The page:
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.\" from: @(#)exp.3 6.12 (Berkeley) 7/31/91
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.Dd $Mdocdate: June 29 2021 $
.Dt EXP 3
.Os
.Sh NAME
.Nm exp ,
.Nm expf ,
.Nm expl ,
.Nm exp2 ,
.Nm exp2f ,
.Nm exp2l ,
.Nm expm1 ,
.Nm expm1f ,
.Nm expm1l ,
.Nm log ,
.Nm logf ,
.Nm logl ,
.Nm log2 ,
.Nm log2f ,
.Nm log2l ,
.Nm log10 ,
.Nm log10f ,
.Nm log10l ,
.Nm log1p ,
.Nm log1pf ,
.Nm log1pl ,
.Nm pow ,
.Nm powf ,
.Nm powl
.Nd exponential, logarithm, power functions
.Sh SYNOPSIS
.In math.h
.Ft double
.Fn exp "double x"
.Ft float
.Fn expf "float x"
.Ft long double
.Fn expl "long double x"
.Ft double
.Fn exp2 "double x"
.Ft float
.Fn exp2f "float x"
.Ft long double
.Fn exp2l "long double x"
.Ft double
.Fn expm1 "double x"
.Ft float
.Fn expm1f "float x"
.Ft long double
.Fn expm1l "long double x"
.Ft double
.Fn log "double x"
.Ft float
.Fn logf "float x"
.Ft long double
.Fn logl "long double x"
.Ft double
.Fn log2 "double x"
.Ft float
.Fn log2f "float x"
.Ft long double
.Fn log2l "long double x"
.Ft double
.Fn log10 "double x"
.Ft float
.Fn log10f "float x"
.Ft long double
.Fn log10l "long double x"
.Ft double
.Fn log1p "double x"
.Ft float
.Fn log1pf "float x"
.Ft long double
.Fn log1pl "long double x"
.Ft double
.Fn pow "double x" "double y"
.Ft float
.Fn powf "float x" "float y"
.Ft long double
.Fn powl "long double x" "long double y"
.Sh DESCRIPTION
The
.Fn exp
function computes the base
.Ms e
exponential value of the given argument
.Fa x .
The
.Fn expf
function is a single precision version of
.Fn exp .
The
.Fn expl
function is an extended precision version of
.Fn exp .
.Pp
The
.Fn exp2
function computes the base 2 exponential of the given argument
.Fa x .
The
.Fn exp2f
function is a single precision version of
.Fn exp2 .
The
.Fn exp2l
function is an extended precision version of
.Fn exp2 .
.Pp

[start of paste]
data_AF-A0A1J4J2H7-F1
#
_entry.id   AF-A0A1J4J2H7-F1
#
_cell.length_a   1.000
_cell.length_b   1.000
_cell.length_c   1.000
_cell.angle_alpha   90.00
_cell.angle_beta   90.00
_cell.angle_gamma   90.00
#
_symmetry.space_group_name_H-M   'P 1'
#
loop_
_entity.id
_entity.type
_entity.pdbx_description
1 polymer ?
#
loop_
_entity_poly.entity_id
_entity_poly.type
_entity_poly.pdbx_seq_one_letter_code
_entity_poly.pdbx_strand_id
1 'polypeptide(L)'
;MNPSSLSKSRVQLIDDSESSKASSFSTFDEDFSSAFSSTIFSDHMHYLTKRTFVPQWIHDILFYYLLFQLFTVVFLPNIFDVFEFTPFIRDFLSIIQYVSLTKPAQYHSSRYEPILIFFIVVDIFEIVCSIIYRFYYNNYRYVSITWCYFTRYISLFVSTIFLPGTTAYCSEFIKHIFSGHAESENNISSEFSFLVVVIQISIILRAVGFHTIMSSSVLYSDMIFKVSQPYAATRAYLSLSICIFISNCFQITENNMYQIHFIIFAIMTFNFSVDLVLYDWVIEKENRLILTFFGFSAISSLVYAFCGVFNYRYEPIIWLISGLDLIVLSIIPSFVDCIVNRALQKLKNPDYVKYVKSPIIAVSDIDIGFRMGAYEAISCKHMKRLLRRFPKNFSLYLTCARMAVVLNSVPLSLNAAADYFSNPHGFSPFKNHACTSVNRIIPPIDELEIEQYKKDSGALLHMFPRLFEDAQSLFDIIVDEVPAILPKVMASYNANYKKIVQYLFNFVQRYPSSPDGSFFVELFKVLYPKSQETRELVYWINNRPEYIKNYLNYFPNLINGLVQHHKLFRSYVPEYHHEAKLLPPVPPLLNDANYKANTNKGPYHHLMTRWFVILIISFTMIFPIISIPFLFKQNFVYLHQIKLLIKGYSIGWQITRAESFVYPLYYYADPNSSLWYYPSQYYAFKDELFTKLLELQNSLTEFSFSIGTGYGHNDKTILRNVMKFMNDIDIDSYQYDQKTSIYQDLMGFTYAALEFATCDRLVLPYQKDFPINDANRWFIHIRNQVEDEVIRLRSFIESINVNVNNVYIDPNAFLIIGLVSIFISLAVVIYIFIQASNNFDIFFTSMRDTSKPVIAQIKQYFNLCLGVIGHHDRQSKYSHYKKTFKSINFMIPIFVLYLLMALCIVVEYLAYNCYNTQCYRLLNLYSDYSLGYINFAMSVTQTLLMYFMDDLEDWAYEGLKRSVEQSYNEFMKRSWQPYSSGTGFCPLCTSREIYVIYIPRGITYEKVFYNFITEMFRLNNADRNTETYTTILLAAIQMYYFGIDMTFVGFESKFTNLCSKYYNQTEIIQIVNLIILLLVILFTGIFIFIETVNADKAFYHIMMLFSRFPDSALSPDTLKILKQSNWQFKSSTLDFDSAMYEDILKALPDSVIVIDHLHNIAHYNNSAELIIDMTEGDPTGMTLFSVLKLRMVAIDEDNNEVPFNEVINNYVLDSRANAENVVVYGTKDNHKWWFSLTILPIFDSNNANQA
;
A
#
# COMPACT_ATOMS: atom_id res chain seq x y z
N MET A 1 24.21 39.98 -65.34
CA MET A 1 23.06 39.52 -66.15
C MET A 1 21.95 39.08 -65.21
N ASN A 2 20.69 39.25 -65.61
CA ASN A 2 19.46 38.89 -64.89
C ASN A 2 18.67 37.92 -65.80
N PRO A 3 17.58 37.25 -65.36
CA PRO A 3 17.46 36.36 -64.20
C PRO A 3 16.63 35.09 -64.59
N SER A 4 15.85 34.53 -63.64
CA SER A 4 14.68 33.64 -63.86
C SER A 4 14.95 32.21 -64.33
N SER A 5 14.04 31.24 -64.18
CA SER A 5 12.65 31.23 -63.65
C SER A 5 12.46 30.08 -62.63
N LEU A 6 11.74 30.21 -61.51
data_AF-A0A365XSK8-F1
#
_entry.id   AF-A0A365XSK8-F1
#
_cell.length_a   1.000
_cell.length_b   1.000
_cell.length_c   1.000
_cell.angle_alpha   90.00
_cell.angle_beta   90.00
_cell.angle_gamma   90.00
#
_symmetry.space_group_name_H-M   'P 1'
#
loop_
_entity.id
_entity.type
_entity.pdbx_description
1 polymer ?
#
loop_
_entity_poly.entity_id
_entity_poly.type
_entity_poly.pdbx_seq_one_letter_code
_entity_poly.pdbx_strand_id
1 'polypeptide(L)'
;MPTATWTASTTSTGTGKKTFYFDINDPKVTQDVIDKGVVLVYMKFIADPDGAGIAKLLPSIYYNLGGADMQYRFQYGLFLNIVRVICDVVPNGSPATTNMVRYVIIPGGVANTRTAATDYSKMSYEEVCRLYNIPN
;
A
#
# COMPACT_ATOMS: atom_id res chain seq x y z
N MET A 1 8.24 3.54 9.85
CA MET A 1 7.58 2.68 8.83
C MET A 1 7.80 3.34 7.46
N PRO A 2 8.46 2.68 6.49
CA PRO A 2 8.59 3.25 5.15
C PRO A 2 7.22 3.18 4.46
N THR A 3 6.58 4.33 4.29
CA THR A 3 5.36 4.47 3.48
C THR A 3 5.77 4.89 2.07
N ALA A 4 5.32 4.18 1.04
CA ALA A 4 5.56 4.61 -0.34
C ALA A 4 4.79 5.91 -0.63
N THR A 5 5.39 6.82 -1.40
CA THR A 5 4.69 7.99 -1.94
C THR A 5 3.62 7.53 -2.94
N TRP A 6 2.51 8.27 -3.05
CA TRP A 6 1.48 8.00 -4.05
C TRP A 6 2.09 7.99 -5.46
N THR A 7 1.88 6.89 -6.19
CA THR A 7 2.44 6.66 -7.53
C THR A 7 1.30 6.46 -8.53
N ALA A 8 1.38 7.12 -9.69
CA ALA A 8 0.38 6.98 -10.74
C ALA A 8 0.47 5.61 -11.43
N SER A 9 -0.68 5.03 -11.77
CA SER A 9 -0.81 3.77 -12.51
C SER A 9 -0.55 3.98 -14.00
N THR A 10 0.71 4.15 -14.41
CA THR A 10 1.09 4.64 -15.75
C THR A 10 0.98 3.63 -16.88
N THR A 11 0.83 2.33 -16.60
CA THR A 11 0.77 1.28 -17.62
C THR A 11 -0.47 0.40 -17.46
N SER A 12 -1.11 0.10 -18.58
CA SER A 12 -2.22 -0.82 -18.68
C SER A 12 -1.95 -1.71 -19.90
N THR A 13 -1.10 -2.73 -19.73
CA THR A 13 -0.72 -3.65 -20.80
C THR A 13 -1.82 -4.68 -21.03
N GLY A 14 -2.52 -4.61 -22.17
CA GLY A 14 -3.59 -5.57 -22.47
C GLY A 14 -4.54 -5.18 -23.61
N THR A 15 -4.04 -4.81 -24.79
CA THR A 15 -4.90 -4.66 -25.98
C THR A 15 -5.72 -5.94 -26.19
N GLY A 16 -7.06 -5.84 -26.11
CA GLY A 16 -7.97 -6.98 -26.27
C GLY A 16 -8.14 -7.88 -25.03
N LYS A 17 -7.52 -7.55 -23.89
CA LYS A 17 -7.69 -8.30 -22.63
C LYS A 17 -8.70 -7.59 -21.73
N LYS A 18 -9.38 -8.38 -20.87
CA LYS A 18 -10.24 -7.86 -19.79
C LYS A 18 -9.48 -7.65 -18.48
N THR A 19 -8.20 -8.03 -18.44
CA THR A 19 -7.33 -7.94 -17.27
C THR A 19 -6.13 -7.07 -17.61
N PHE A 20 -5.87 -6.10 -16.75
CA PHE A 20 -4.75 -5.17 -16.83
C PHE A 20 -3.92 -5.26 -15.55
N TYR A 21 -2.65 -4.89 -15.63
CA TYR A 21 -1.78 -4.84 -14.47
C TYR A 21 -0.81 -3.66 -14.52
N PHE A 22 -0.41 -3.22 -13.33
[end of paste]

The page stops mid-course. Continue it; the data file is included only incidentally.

The
.Fn expm1
function computes the value exp(x) \(mi 1 accurately even for tiny argument
.Fa x .
The
.Fn expm1f
function is a single precision version of
.Fn expm1 .
The
.Fn expm1l
function is an extended precision version of
.Fn expm1 .
.Pp
The
.Fn log
function computes the value of the natural logarithm of argument
.Fa x .
The
.Fn logf
function is a single precision version of
.Fn log .
The
.Fn logl
function is an extended precision version of
.Fn log .
.Pp
The
.Fn log2
function computes the value of the logarithm of argument
.Fa x
to base 2.
The
.Fn log2f
function is a single precision version of
.Fn log2 .
The
.Fn log2l
function is an extended precision version of
.Fn log2 .
.Pp
The
.Fn log10
function computes the value of the logarithm of argument
.Fa x
to base 10.
The
.Fn log10f
function is a single precision version of
.Fn log10 .
The
.Fn log10l
function is an extended precision version of
.Fn log10 .
.Pp
The
.Fn log1p
function computes
the value of log(1 + x) accurately even for tiny argument
.Fa x .
The
.Fn log1pf
function is a single precision version of
.Fn log1p .
The
.Fn log1pl
function is an extended precision version of
.Fn log1p .
.Pp
The
.Fn pow
function computes the value of
.Fa x
to the exponent
.Fa y .
The
.Fn powf
function is a single precision version of
.Fn pow .
The
.Fn powl
function is an extended precision version of